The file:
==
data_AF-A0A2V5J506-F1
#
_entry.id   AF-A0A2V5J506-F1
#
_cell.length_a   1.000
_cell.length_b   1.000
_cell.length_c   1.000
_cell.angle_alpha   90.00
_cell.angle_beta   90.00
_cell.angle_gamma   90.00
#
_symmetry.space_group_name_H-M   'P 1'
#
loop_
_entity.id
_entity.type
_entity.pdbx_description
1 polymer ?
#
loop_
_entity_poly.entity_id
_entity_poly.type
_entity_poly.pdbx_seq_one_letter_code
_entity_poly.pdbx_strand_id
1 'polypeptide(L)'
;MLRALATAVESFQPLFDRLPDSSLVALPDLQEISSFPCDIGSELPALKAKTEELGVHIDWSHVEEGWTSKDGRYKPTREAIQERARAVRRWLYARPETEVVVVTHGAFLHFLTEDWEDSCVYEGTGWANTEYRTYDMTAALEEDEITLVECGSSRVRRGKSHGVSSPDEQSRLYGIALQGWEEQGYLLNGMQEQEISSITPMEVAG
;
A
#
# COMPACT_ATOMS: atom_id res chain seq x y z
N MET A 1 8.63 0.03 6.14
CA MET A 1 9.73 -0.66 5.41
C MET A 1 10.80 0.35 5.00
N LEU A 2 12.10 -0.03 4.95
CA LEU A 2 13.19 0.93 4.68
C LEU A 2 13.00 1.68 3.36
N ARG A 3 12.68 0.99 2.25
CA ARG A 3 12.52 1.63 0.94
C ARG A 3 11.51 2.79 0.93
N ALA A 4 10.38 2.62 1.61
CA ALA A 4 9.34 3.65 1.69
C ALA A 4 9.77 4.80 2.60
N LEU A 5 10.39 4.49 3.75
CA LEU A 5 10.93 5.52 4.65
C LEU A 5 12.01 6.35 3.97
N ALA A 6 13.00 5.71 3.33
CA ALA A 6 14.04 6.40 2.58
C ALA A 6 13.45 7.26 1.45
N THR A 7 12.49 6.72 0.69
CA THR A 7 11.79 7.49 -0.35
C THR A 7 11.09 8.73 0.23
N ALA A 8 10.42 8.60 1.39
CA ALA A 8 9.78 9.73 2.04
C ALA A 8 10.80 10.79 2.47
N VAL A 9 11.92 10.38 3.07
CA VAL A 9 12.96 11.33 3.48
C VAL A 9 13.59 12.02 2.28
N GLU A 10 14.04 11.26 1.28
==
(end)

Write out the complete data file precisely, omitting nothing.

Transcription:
data_AF-A0A2V5J506-F1
#
_entry.id   AF-A0A2V5J506-F1
#
_cell.length_a   1.000
_cell.length_b   1.000
_cell.length_c   1.000
_cell.angle_alpha   90.00
_cell.angle_beta   90.00
_cell.angle_gamma   90.00
#
_symmetry.space_group_name_H-M   'P 1'
#
loop_
_entity.id
_entity.type
_entity.pdbx_description
1 polymer ?
#
loop_
_entity_poly.entity_id
_entity_poly.type
_entity_poly.pdbx_seq_one_letter_code
_entity_poly.pdbx_strand_id
1 'polypeptide(L)'
;MLRALATAVESFQPLFDRLPDSSLVALPDLQEISSFPCDIGSELPALKAKTEELGVHIDWSHVEEGWTSKDGRYKPTREAIQERARAVRRWLYARPETEVVVVTHGAFLHFLTEDWEDSCVYEGTGWANTEYRTYDMTAALEEDEITLVECGSSRVRRGKSHGVSSPDEQSRLYGIALQGWEEQGYLLNGMQEQEISSITPMEVAG
;
A
#
# COMPACT_ATOMS: atom_id res chain seq x y z
N MET A 1 8.63 0.03 6.14
CA MET A 1 9.73 -0.66 5.41
C MET A 1 10.80 0.35 5.00
N LEU A 2 12.10 -0.03 4.95
CA LEU A 2 13.19 0.93 4.68
C LEU A 2 13.00 1.68 3.36
N ARG A 3 12.68 0.99 2.25
CA ARG A 3 12.52 1.63 0.94
C ARG A 3 11.51 2.79 0.93
N ALA A 4 10.38 2.62 1.61
CA ALA A 4 9.34 3.65 1.69
C ALA A 4 9.77 4.80 2.60
N LEU A 5 10.39 4.49 3.75
CA LEU A 5 10.93 5.52 4.65
C LEU A 5 12.01 6.35 3.97
N ALA A 6 13.00 5.71 3.33
CA ALA A 6 14.04 6.40 2.58
C ALA A 6 13.45 7.26 1.45
N THR A 7 12.49 6.72 0.69
CA THR A 7 11.79 7.49 -0.35
C THR A 7 11.09 8.73 0.23
N ALA A 8 10.42 8.60 1.39
CA ALA A 8 9.78 9.73 2.04
C ALA A 8 10.80 10.79 2.47
N VAL A 9 11.92 10.38 3.07
CA VAL A 9 12.96 11.33 3.48
C VAL A 9 13.59 12.02 2.28
N GLU A 10 14.04 11.26 1.28